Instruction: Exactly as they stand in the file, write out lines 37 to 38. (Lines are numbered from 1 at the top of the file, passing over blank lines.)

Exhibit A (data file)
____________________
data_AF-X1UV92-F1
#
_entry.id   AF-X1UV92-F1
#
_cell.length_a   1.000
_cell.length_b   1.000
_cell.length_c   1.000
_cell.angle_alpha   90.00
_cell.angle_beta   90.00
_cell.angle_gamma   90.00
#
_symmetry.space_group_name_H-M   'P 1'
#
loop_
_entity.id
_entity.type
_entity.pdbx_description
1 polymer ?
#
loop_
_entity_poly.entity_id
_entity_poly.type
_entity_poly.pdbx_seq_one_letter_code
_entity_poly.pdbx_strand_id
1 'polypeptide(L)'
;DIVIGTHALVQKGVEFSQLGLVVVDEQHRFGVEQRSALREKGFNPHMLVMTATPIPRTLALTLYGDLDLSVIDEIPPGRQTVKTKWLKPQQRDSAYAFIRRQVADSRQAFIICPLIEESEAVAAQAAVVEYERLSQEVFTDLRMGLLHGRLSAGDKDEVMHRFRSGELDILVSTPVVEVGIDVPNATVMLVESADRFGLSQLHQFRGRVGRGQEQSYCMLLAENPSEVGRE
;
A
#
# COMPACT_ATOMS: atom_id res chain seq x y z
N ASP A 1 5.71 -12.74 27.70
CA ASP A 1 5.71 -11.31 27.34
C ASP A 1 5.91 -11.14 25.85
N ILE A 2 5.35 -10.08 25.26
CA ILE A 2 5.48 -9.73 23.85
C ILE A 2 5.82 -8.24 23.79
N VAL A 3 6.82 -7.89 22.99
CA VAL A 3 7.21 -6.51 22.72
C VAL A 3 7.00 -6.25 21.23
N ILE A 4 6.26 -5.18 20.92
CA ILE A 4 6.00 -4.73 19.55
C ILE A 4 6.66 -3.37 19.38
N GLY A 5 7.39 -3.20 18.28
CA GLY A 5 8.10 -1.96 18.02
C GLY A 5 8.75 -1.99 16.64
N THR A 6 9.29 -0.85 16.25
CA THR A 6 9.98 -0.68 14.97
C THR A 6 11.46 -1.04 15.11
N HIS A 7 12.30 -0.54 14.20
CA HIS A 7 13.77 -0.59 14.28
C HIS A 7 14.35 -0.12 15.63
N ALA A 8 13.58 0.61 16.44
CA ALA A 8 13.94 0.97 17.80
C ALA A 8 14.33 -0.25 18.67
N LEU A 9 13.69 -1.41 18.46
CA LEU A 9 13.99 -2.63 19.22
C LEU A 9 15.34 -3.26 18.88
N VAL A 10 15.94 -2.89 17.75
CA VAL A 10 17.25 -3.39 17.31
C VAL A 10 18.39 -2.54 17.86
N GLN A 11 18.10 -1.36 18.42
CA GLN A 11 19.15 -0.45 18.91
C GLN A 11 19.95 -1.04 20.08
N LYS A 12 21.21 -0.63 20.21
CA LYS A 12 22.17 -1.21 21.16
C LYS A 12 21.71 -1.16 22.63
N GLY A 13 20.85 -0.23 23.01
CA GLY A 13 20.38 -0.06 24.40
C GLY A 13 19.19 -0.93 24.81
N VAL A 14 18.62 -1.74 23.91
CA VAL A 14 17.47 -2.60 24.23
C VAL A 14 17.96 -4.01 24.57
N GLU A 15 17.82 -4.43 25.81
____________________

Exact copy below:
N VAL A 3 6.82 -7.89 22.99
CA VAL A 3 7.21 -6.51 22.72